Essentials: Bils’ reps Africa on debut project ‘PAY YOUR BILS: Eviction notice’

Using the negative African stereotypes to show our strengths

The first time anyone heard of Bils, it was as a guest feature on a Sauce Kid’s “Fashi” . Little else is known, but a quick survey through Bils’ Soundcloud may lead listeners to conclude he’s a rapper that belongs in class of wordsmiths famed for story telling and ‘real hip-hop’. But his debut project, Pay Your Bils works on a more inclusive concept.

Designed for the explicit purpose of cracking music charts or at least some commercial acclaim, the 9 tracked ‘PAY YOUR BILS: Eviction notice’ EP is diverse in a way only artists trying to flex their audience reach can risk. It’s tricky to mess with a flow after growing accomplished with it and sacrificing that for other genres where he’ll have to compete with already established artists. While the idea might not be the brightest, Bils pulls it off quite remarkable on the first track, “PAY YOUR BILS”. The opening track is a delicate fusion of hip-hop and Afrobeat thanks to Fela samples and thumbing drums on the instrumentals. Bils gives a loud and confident performance defending his street cred but mostly, it served as an intro to a tape showing just how versatile hip-hop can be in the hands of a desperate rapper and a good producer.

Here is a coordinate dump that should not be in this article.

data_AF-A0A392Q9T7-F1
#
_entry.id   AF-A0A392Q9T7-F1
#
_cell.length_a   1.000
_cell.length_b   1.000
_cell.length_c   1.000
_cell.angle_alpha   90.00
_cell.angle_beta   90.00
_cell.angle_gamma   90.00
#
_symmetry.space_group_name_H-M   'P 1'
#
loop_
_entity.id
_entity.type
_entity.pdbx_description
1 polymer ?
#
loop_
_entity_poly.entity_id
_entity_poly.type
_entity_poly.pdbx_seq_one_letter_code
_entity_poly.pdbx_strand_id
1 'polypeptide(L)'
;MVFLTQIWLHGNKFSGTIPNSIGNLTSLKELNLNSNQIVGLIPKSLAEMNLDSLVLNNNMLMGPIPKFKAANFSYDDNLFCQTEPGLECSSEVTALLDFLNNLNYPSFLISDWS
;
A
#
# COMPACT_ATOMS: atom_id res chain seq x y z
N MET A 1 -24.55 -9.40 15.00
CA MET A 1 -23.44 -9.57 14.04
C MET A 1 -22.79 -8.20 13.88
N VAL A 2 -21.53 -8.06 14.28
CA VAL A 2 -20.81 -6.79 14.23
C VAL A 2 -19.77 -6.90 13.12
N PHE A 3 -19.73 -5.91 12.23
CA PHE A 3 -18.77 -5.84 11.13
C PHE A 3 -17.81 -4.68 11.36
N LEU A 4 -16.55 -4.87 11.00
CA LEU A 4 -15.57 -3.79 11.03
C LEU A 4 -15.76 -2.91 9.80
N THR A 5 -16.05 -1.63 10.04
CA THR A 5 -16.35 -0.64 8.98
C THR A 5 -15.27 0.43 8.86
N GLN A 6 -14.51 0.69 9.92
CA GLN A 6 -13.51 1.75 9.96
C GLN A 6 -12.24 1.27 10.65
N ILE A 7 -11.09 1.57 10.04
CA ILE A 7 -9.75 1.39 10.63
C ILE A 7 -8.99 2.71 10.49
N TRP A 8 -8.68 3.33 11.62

“Benzo” is the most conventional hip-hop track on the PAY YOUR BILS. Though it isn’t his most cohesive song (and while it’s far fetched, it could be a metaphor for his career) because it’s hard to tell if he’s satisfied with where he is or still trying to reach his peak. Either ways, he employs a flow pattern paced like Desiigner’s “Panda” to deliver hard hitting gangster bars. But “Change” sees Bils get into his elements thanking his fans as he addresses his loneliness, trust issues and depression. He also impresses on “Lagos Boy Tin” bringing a bear-bone thug narrative that earns him some points for not botching it with exaggerated violence as he often does.

Bils ventures into Afropop territories on “Bae”, electronic Caribbean dancehall on “Vibe City” and his Daramola assisted “Transitions” has a funk beat. But he manages to represent the African sound and culture in a pleasant manner through most of the tracks to make wading through the murk a worthwhile task. “Transition” in particular showcases African stereotypes but instead of blurring out the negatives, he uses them to explain our strengths for the love themed song.

Stream Bils’ PAY YOUR BILS: Eviction notice below.

Featured Image Credits: Instagram/officialbils

You are meeting Debola at a strange time in his life. He wandered into a dream and lost his way back. Tweet at him @debola_abimbolu

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